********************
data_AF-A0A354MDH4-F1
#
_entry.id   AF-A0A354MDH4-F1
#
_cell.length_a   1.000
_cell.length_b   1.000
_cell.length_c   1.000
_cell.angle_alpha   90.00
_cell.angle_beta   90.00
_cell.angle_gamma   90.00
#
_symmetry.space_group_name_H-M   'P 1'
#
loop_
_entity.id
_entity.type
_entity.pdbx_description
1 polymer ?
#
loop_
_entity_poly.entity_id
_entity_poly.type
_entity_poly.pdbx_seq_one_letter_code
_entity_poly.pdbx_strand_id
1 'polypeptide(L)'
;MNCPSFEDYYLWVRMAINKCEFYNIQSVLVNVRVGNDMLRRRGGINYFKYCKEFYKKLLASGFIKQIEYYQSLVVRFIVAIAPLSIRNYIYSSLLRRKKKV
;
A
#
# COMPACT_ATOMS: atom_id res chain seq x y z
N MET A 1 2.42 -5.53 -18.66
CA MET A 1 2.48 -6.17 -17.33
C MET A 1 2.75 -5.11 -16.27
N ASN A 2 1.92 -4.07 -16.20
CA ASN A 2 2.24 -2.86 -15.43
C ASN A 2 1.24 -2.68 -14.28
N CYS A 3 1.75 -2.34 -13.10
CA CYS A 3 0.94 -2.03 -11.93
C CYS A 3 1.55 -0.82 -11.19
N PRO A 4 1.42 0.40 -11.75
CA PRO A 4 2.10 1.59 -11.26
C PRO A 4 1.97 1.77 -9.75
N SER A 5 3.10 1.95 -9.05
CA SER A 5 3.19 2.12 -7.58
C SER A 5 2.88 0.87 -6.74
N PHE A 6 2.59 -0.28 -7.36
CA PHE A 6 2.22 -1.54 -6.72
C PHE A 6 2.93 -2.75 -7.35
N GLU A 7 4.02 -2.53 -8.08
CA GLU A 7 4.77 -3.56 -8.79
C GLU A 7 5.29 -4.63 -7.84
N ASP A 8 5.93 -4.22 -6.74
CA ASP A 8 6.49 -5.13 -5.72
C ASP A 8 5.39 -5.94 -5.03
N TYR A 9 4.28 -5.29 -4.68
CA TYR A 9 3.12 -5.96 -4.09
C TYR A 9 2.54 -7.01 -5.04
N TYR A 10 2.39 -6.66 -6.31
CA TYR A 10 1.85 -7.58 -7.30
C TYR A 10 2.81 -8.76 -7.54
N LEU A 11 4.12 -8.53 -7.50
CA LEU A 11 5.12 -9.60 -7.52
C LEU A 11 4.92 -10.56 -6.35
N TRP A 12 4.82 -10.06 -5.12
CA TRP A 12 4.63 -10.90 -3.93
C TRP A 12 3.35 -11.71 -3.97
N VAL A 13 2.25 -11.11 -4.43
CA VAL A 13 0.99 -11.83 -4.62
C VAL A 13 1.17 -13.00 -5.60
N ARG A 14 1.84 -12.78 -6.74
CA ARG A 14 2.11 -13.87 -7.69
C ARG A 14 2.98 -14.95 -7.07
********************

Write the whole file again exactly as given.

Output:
data_AF-A0A354MDH4-F1
#
_entry.id   AF-A0A354MDH4-F1
#
_cell.length_a   1.000
_cell.length_b   1.000
_cell.length_c   1.000
_cell.angle_alpha   90.00
_cell.angle_beta   90.00
_cell.angle_gamma   90.00
#
_symmetry.space_group_name_H-M   'P 1'
#
loop_
_entity.id
_entity.type
_entity.pdbx_description
1 polymer ?
#
loop_
_entity_poly.entity_id
_entity_poly.type
_entity_poly.pdbx_seq_one_letter_code
_entity_poly.pdbx_strand_id
1 'polypeptide(L)'
;MNCPSFEDYYLWVRMAINKCEFYNIQSVLVNVRVGNDMLRRRGGINYFKYCKEFYKKLLASGFIKQIEYYQSLVVRFIVAIAPLSIRNYIYSSLLRRKKKV
;
A
#
# COMPACT_ATOMS: atom_id res chain seq x y z
N MET A 1 2.42 -5.53 -18.66
CA MET A 1 2.48 -6.17 -17.33
C MET A 1 2.75 -5.11 -16.27
N ASN A 2 1.92 -4.07 -16.20
CA ASN A 2 2.24 -2.86 -15.43
C ASN A 2 1.24 -2.68 -14.28
N CYS A 3 1.75 -2.34 -13.10
CA CYS A 3 0.94 -2.03 -11.93
C CYS A 3 1.55 -0.82 -11.19
N PRO A 4 1.42 0.40 -11.75
CA PRO A 4 2.10 1.59 -11.26
C PRO A 4 1.97 1.77 -9.75
N SER A 5 3.10 1.95 -9.05
CA SER A 5 3.19 2.12 -7.58
C SER A 5 2.88 0.87 -6.74
N PHE A 6 2.59 -0.28 -7.36
CA PHE A 6 2.22 -1.54 -6.72
C PHE A 6 2.93 -2.75 -7.35
N GLU A 7 4.02 -2.53 -8.08
CA GLU A 7 4.77 -3.56 -8.79
C GLU A 7 5.29 -4.63 -7.84
N ASP A 8 5.93 -4.22 -6.74
CA ASP A 8 6.49 -5.13 -5.72
C ASP A 8 5.39 -5.94 -5.03
N TYR A 9 4.28 -5.29 -4.68
CA TYR A 9 3.12 -5.96 -4.09
C TYR A 9 2.54 -7.01 -5.04
N TYR A 10 2.39 -6.66 -6.31
CA TYR A 10 1.85 -7.58 -7.30
C TYR A 10 2.81 -8.76 -7.54
N LEU A 11 4.12 -8.53 -7.50
CA LEU A 11 5.12 -9.60 -7.52
C LEU A 11 4.92 -10.56 -6.35
N TRP A 12 4.82 -10.06 -5.12
CA TRP A 12 4.63 -10.90 -3.93
C TRP A 12 3.35 -11.71 -3.97
N VAL A 13 2.25 -11.11 -4.43
CA VAL A 13 0.99 -11.83 -4.62
C VAL A 13 1.17 -13.00 -5.60
N ARG A 14 1.84 -12.78 -6.74
CA ARG A 14 2.11 -13.87 -7.69
C ARG A 14 2.98 -14.95 -7.07